“Guten morgen,” she said in a friendly voice.
“Traurig, spreche ich Deutsch nicht,” I replied, sloppily, in her native tongue.
“You speak it well enough to know how to tell me that you don’t know how to speak German, in German,” she quipped.
“Thank heavens you speak English,” I replied. By now, I had a chance to look outside my window. The train I was on bulleted through a lush, hilly landscape. The passenger car gently rocked back and forth as I noticed that this train’s passengers looked nothing like the throng of people who had boarded it in Munich the night before. “Fräulein,” I began after a long pause, “are we in Nürnberg yet?”
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“Would you kindly tell me how restful of a schlaf I had? Where am I?” Now her giggle became a raucous laugh. A man sitting across the aisle from her asked her a question in German. She answered him in German. Then the Germans laughed at me, in German.
“Herr Tiger,” she began (I had a small stuffed animal tiger attached to my backpack), “you are about 300 kilometers from Nürnberg. We’re only 20 minutes away from Bonn.”
“Bonn?” I asked. More laughter.
“Bonn,” the lady replied. Then the man across the aisle chimed in. “Ja, Bonn!”
“Nein!” I roared. Most of the train was laughing now.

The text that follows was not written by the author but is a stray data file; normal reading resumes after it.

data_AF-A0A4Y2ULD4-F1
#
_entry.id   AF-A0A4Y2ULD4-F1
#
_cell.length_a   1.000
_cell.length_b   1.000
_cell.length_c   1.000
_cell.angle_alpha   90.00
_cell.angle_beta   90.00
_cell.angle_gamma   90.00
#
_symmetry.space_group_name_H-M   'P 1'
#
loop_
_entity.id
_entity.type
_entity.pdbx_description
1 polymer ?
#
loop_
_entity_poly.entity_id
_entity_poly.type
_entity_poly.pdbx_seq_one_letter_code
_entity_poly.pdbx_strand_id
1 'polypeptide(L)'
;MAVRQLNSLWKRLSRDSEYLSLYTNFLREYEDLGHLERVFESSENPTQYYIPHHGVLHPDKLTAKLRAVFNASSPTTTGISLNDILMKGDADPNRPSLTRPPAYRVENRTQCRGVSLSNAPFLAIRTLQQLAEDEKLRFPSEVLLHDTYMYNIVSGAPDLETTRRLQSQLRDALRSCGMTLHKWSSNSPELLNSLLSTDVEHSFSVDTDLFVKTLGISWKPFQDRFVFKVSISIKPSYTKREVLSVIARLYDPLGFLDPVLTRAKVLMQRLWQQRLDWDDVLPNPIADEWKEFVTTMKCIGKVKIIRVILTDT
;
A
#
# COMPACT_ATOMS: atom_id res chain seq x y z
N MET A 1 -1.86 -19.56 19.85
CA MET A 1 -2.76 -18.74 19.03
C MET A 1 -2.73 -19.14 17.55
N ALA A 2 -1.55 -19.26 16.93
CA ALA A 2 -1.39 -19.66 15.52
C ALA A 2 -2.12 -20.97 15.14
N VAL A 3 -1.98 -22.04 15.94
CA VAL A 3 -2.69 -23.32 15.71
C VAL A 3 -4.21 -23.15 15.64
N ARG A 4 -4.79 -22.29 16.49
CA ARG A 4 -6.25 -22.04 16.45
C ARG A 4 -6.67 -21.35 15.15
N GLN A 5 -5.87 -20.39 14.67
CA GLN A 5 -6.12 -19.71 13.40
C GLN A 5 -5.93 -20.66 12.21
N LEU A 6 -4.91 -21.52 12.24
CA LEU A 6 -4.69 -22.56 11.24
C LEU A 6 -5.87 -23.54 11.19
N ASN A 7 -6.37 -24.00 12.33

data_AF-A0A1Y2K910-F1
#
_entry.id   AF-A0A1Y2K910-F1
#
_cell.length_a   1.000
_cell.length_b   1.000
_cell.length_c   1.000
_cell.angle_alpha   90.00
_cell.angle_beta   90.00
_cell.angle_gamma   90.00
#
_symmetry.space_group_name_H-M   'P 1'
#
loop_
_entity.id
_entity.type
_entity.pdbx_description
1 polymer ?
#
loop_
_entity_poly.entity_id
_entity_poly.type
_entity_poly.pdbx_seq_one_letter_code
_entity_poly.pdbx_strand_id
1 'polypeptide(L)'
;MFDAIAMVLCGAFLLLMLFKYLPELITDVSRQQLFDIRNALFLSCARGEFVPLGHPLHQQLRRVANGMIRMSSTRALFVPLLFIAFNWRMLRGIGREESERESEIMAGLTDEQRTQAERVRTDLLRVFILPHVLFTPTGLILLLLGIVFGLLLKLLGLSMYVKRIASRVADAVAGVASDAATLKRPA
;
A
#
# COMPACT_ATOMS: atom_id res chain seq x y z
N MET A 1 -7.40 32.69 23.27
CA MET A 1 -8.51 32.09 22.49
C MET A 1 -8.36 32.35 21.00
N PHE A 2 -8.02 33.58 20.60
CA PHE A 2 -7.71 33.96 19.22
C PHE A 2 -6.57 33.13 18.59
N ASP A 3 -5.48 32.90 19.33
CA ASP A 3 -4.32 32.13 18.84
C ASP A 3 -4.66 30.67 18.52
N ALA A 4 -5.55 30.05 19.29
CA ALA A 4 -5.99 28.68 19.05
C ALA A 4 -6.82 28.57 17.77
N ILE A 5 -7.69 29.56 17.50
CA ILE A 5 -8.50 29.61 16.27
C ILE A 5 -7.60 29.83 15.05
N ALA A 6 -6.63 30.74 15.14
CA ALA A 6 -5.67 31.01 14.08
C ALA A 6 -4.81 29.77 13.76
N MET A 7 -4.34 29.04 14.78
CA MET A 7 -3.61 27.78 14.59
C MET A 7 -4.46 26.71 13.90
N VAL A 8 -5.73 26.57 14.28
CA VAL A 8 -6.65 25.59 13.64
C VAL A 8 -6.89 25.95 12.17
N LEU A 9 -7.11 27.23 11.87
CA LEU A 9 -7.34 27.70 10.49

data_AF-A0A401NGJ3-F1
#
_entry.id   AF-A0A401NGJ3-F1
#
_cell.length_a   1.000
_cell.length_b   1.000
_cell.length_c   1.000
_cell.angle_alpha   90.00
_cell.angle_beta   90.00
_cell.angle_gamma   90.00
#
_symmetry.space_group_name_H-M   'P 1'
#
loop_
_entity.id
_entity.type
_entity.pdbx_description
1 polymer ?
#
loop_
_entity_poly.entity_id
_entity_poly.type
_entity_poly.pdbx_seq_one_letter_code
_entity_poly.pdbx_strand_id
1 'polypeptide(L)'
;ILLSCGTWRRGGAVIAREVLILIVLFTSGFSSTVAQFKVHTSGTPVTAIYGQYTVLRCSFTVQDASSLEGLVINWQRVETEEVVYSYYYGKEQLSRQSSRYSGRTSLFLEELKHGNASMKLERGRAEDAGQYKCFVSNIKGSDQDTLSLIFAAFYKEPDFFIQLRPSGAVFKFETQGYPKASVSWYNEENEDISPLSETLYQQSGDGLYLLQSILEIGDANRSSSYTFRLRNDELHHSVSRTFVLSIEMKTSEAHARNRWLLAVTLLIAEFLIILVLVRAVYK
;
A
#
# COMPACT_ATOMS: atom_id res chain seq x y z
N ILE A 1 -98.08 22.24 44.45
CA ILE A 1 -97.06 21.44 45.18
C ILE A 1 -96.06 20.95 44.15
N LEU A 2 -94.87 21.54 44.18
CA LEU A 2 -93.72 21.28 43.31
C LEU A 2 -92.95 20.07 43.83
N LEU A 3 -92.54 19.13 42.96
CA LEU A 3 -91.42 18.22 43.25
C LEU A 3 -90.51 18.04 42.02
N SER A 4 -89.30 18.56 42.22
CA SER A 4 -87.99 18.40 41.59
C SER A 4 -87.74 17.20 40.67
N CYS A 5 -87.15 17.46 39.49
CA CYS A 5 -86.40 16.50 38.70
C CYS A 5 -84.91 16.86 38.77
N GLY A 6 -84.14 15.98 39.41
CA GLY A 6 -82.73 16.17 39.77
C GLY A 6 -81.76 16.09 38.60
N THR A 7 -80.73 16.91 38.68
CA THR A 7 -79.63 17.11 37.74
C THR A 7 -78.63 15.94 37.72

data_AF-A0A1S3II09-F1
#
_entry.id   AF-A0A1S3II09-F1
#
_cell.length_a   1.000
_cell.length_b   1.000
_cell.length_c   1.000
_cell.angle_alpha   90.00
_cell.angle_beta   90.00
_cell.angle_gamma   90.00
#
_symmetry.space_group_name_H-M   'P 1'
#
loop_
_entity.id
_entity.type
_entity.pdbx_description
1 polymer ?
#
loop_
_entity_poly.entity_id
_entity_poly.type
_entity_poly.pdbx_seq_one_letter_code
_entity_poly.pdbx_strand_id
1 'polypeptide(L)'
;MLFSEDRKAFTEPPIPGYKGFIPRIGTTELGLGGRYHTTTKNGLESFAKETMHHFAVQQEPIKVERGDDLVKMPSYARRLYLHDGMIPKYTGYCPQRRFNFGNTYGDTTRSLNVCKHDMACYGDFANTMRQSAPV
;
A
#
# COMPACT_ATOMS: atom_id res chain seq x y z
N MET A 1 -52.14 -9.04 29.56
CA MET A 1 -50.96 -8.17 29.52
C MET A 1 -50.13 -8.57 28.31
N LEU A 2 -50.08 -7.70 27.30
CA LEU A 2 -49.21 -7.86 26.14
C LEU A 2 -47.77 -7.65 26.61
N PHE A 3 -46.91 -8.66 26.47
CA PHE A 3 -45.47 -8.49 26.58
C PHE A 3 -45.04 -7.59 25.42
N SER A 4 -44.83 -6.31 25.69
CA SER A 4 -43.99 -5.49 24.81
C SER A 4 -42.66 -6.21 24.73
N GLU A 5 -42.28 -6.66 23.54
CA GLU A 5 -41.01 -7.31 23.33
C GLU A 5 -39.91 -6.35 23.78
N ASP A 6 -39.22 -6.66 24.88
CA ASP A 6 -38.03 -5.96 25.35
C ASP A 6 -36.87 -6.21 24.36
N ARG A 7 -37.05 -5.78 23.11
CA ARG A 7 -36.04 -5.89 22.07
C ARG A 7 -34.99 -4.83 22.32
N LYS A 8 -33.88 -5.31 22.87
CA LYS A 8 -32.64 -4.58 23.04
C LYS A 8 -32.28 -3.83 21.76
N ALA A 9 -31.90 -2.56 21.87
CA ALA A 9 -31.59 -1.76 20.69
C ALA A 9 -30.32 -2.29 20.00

The night before, my friends and I had boarded the night train from Munich to Nürnberg. In Nürnberg, we were to transfer trains and head south to Interlaken, Switzerland. There were eight of us, all recent college graduates and all pals for the past four years. We’d decided to have one last adventure together — this one in Europe — before returning to the States and beginning our professional lives. And in true postcollege form, our three-week trip had us covering some serious ground.
We flew into Dublin. From there, we went to London, Brussels, Amsterdam and Munich — where I met a boisterous group of Scottish soccer players, hung out with them in a different train car and fell asleep, only to awaken 20 minutes from Bonn — Interlaken, Rome, Nice and then, finally, Paris.
Getting to Europe was not without its hiccups. Our parents were naturally concerned, as most of us had never been out of the country before. Of course, we were legally adults, but even newbie adults need their parents’ conditional blessing. Looking back 12 years later, and as a parent myself, I understand now what I couldn’t understand then: It’s a scary prospect for parents to send their baby to another continent. And I’m sure parents worry that their baby will party too much over there. However, I will submit to all you parents reading this column — whether you’re wrestling with the same concerns about sending your kids to Europe or you’re nervous wrecks because your babies are over there right now — that no formal education beats a boots-on-the-ground tour of Europe, or a rails-on-the-tracks tour of Europe (page 22).
When the Germans on the train stopped laughing at me, they pointed me in the right direction. Ten hours later, I was reunited with my buddies in Switzerland. The trip remains the best trip of our lives. We grew up, we grew closer, and we grew smarter. As evidence for parents that a European trip strengthens the mind, look at us 12 years ago, fresh out of college. In June 2011, two of these guys are doctors, one’s a veterinarian, one’s a lawyer, one’s an architect, one’s a businessman, one’s an athletic director — and then there’s me, anxiously awaiting the day when I can return to Europe with these guys.